Embattled former health minister Zweli Mkhize can breathe a short sigh of relief after parliament’s ethics committee cleared him of unethical behaviour relating to the Digital Vibes scandal.
The Special Investigating Unit (SIU) found that Mkhize may have influenced the awarding of the tender to Digital Vibes and also alleged that he may have contravened the Public Finance Management Act. The former minister and his son were referred to the National Prosecuting Authority.
In a letter to Mkhize dated 12 April, which was leaked to the media, the Joint Standing Committee on Ethics and Members’ Interests concluded that Mkhize did not breach the ethics code, and added that the matter was now closed.
The committee investigated Mkhize after a complaint by the Democratic Alliance’s deputy chief whip, Siviwe Gwarube.
The committee said that it considered the complaint in two parts: that his son Thamsanqa received benefits from the Digital Vibes contract to the amounts of R300 000 and R160 000 and that Mkhize received benefits totalling R6 720 for electrical work done by 4Way Maintenance at his property in Cranbrook, Bryanston.
The provisions of the code could not be applied to hold Mkhize liable for the alleged benefit received by his adult son, said the committee.
It also found that there was no evidence linking Mkhize to the R6 720 because Thamsanqa was the person liaising with 4Way Maintenance and the person who was charged with paying invoices.
Mkhize resigned from the cabinet last year after the SIU recommended that the president take executive action against him in relation to the matter.
The SIU found in its investigation that the selection of Digital Vibes to conduct National Health Insurance and Covid-19 media campaigns was irregular, as were subsequent extensions and modifications of the contract.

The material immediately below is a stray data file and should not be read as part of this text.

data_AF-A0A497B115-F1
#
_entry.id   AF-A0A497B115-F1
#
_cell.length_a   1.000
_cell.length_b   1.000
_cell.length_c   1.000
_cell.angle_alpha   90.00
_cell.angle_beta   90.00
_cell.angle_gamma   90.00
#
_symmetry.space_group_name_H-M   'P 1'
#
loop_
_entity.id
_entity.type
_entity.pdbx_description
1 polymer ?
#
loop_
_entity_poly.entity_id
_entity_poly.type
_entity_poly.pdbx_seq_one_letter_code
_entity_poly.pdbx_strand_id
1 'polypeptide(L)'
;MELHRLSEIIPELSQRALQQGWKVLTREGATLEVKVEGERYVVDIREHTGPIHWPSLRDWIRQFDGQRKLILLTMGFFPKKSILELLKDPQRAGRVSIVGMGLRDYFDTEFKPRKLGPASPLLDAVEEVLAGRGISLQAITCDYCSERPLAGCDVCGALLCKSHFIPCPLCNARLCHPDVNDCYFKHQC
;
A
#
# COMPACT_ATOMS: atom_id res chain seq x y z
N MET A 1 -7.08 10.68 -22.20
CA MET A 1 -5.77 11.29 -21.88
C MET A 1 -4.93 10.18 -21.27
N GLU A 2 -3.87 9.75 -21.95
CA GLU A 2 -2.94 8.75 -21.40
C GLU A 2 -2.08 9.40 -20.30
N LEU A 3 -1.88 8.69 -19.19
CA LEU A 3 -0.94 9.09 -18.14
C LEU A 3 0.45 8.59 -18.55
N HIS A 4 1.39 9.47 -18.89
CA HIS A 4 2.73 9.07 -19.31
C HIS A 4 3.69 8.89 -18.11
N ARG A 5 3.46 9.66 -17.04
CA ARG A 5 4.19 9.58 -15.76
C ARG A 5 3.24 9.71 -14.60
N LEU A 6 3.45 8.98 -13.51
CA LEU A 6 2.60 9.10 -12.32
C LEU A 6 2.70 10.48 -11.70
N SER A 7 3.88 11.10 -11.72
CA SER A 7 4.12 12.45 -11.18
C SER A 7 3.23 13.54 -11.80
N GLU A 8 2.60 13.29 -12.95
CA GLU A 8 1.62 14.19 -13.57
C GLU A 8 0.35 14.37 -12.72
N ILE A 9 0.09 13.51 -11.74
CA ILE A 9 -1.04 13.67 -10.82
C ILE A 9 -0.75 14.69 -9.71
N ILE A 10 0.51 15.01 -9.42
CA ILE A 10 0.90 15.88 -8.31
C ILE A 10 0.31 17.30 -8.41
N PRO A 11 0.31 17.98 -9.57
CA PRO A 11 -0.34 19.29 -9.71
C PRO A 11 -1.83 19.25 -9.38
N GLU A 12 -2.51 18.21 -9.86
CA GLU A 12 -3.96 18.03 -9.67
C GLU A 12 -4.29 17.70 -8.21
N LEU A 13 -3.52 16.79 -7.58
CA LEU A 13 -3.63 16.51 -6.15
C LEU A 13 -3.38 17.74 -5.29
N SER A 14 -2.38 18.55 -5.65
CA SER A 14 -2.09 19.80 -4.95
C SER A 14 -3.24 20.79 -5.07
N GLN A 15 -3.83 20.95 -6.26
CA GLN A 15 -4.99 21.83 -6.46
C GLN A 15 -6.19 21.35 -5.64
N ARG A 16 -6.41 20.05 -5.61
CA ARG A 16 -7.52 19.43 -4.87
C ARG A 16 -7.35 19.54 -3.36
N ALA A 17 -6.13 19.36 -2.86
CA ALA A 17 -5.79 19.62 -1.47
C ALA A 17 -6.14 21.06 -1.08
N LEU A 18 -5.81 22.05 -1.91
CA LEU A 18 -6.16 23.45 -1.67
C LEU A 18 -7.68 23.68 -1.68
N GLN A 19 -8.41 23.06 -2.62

As a result, the department incurred “irregular and fruitless expenditure” amounting to R150-million, over which Digital Vibes “owners” Tahera Mather and Naadhira Mitha should be charged for fraud.
Mather is Mkhize’s former spokesperson and played a key role in his campaign for the ANC presidency in 2017, which he eventually abandoned.
Mkhize is expected to hear from the special tribunal whether he has a case against the SIU on Wednesday.
He has accused the SIU of having an agenda when it made findings against him in its investigation of the R150-million contract awarded to Digital Vibes.
Mkhize claims that the SIU issued its referral letter to President Cyril Ramaphosa on the Digital Vibes contract on the same day it interrogated him.
In a new bid to clear his name, Mkhize has shifted the blame to the former director-general at the department of health, Precious Matsoso, in the awarding of the tender to his close associates.
In an application to the North Gauteng high court on 18 March, Mkhize said he was seeking the reviewing and setting aside of the findings and recommendations made by the SIU. He is also asking the court to declare the conduct of the SIU unlawful and unconstitutional.